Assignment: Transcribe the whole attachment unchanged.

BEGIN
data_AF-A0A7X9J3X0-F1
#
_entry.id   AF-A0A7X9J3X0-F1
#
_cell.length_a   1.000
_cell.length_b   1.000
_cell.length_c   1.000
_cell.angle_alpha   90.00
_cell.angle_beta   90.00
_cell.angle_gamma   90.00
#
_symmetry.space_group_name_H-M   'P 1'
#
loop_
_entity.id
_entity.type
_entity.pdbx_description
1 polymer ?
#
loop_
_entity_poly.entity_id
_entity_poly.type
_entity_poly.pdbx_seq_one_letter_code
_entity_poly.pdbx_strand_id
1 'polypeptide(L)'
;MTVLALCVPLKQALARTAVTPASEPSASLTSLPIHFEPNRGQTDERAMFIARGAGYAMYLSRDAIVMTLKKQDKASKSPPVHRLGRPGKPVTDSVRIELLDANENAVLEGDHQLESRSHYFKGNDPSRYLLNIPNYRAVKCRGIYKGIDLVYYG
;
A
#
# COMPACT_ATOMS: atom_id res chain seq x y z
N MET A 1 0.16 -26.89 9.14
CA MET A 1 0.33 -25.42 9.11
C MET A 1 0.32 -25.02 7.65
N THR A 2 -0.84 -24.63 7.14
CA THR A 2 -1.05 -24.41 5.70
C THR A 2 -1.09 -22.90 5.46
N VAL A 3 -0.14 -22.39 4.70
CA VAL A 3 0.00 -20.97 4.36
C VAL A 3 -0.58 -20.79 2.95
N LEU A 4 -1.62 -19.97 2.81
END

data_AF-A0A7X9J3X0-F1
#
_entry.id   AF-A0A7X9J3X0-F1
#
_cell.length_a   1.000
_cell.length_b   1.000
_cell.length_c   1.000
_cell.angle_alpha   90.00
_cell.angle_beta   90.00
_cell.angle_gamma   90.00
#
_symmetry.space_group_name_H-M   'P 1'
#
loop_
_entity.id
_entity.type
_entity.pdbx_description
1 polymer ?
#
loop_
_entity_poly.entity_id
_entity_poly.type
_entity_poly.pdbx_seq_one_letter_code
_entity_poly.pdbx_strand_id
1 'polypeptide(L)'
;MTVLALCVPLKQALARTAVTPASEPSASLTSLPIHFEPNRGQTDERAMFIARGAGYAMYLSRDAIVMTLKKQDKASKSPPVHRLGRPGKPVTDSVRIELLDANENAVLEGDHQLESRSHYFKGNDPSRYLLNIPNYRAVKCRGIYKGIDLVYYG
;
A
#
# COMPACT_ATOMS: atom_id res chain seq x y z
N MET A 1 0.16 -26.89 9.14
CA MET A 1 0.33 -25.42 9.11
C MET A 1 0.32 -25.02 7.65
N THR A 2 -0.84 -24.63 7.14
CA THR A 2 -1.05 -24.41 5.70
C THR A 2 -1.09 -22.90 5.46
N VAL A 3 -0.14 -22.39 4.70
CA VAL A 3 0.00 -20.97 4.36
C VAL A 3 -0.58 -20.79 2.95
N LEU A 4 -1.62 -19.97 2.81